FLIES IN THE RAIN
15Study to show thyself approved unto God, a workman that needeth not to be ashamed, rightly dividing the word of truth. (2Tim 2:)
Flies of course are not what I'm concerned with in this article. It's the matter of asking questions that I'm interested in. I find it all too common that people (myself included much of the time) just go along with the crowd, the lemming instinct, accepting whatever is handed to them as "truth" by someone who has declared him or herself an expert on the matter at hand. Some things told to us we have no choice but to accept, such as how many light years away from the sun our earth is. I haven't measured the distance, so I don't have a reason to question what the "experts" say. I only know I don't want the sun to be any farther away or closer than it already is, if in fact it has the strong effect on us the scientists tell us it has.
While I don't question the conclusions such as the one mentioned, neither do I accept what they say. I don't know if any of these so-called experts have actually taken a measuring rod and measured that accepted distance. They use devices and calculations that supposedly are able to do what we humans cannot do, and they use computer samplings to assist them in making their decisions. I have two problems with this process: One, I have several computers. And there's not one of them I would want to rely on beyond their ability to drive me to a high level of frustration due to their idiosyncracies. Then two, I see where supposed "experts" are always changing their mind and declaring that those experts who disagreed with them have been found to be correct. When I hear "Yes" from one side of a person's mouth, and "No" from the other side, I tend to question whatever that person says. Don't you?
Speaking of science, I think I'll begin with the flies that are buzzing around its door and raise some questions regarding scientific findings. First, we all "know," or have at least been taught, that life on this planet began with a bug that somehow came from nowhere, that survived the intense heat of the sun and this burning lump of coal, then mutated into what we see when we look in the mirror. Setting aside the laughability of such a theory, let me ask some questions of the scientists. Supposing such a thing were in the realm of possibility, that is, the bug survived the heat: why then; after all these billions of years of evolving am I unable to stand more than 80 degrees of temperature rather than the 80 thousands of degrees my fore-bug granpappy was able to withstand? Also, if this primitive form of animal were able to withstand such heat, what did it eat? I mean, if I take a handful of wheat grain for instance and place it on the stove for too long, it burns up. How did seeds of any kind survive the heat of the lump of burning coal called Primitive Earth? What did the bug eat? Each other?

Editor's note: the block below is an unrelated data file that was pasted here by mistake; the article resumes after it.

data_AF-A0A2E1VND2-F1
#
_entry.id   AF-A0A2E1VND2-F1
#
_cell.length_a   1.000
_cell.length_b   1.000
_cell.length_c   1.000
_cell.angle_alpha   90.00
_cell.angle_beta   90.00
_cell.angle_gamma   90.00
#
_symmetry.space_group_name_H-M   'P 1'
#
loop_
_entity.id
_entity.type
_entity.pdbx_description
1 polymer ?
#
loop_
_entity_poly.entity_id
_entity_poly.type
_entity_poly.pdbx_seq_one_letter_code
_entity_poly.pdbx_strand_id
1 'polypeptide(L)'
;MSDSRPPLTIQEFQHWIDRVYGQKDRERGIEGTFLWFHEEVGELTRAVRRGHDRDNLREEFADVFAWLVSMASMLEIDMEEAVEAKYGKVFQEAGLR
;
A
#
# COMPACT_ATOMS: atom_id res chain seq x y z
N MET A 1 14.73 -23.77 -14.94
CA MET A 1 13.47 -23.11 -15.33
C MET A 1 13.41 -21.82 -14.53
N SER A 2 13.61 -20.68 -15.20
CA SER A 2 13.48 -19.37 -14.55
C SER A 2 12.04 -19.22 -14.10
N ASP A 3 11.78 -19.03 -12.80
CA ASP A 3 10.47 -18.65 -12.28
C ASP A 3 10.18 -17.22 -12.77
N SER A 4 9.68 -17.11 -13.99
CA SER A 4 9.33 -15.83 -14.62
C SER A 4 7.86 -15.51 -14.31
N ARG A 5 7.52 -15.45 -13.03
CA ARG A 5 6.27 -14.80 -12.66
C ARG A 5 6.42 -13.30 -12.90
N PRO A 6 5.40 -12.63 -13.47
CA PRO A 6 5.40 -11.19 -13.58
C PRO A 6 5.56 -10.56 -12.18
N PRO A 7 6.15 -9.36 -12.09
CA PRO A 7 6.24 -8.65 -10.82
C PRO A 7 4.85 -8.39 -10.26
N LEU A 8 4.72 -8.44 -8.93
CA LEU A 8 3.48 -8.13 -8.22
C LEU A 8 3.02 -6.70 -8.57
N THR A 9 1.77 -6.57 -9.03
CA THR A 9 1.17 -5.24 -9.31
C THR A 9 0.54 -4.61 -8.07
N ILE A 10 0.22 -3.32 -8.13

We've discovered that there is no life on the moon. Why? As I understand it, it's because there's not enough of the required atmosphere on the moon to support life. But on this lump of coal, earth (which I assume the moon was as well) there was no atmosphere either. Besides this, oxygen burns, and burns with intense heat. This being the case, whatever atmosphere, that is air to breath, at that time would have gone up in flame, would it not?
Water evaporates in heat. What did these bugs and miraculous seeds of vegetation drink? When this planet cooled, after how long of a time we can't begin to imagine, water might form, but from where? And from what? By that time, our ancestral bug would have died from thirst, wouldn't you say?
Today the earth is mostly water, as far as we are concerned. Where did that water come from? And if it came to earth, why didn't it come to the moon as well? Scientists will probably tell us the moon didn't have enough magnetic force to attract the water droplets (from where did those droplets come from? Is there water in space?). As I understand it, the moon has a fourth the gravitational pull as does the earth. That to me would mean it should have a fourth the water of the earth.
I know, silly questions. But then, the answers we've been given to these silly questions, that we so readily accept, are even sillier than my questions.
I think you know I'm leading up to something, and that something has to do with the Bible. Keep in mind that people are people, and while you're holding on to that thought, consider how those scientists could just as well have (and often have become) doctors of religion, interpreting the Word of God for us. The same reasoning a scientist uses is utilized by the theologian. And as we do with scientists, we do with our theologians and pastors. We just accept what they say because we have no means by which to check their findings.